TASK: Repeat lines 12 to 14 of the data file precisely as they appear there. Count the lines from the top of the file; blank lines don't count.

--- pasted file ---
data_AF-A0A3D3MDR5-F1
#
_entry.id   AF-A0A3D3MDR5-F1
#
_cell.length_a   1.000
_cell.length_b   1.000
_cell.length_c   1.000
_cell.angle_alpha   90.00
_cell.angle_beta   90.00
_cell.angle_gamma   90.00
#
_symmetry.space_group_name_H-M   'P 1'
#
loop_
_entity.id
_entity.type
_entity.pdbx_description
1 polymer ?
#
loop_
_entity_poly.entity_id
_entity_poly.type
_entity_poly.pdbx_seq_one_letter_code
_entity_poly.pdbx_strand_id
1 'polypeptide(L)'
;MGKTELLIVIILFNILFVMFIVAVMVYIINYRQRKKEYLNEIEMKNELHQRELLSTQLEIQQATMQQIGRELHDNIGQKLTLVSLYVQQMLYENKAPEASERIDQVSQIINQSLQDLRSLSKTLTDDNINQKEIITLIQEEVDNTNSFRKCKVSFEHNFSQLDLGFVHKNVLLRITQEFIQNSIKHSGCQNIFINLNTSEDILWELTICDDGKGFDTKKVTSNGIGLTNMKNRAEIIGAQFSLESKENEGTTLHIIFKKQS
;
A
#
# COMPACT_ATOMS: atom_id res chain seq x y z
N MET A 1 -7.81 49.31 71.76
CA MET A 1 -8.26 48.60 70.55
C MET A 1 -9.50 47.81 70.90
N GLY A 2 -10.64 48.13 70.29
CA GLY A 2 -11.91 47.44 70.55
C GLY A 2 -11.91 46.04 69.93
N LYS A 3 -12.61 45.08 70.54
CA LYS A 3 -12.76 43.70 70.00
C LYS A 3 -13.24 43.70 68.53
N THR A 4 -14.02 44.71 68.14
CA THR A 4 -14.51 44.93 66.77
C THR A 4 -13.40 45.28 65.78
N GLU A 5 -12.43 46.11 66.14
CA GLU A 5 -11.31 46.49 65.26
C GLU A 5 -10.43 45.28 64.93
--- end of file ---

_symmetry.space_group_name_H-M   'P 1'
#
loop_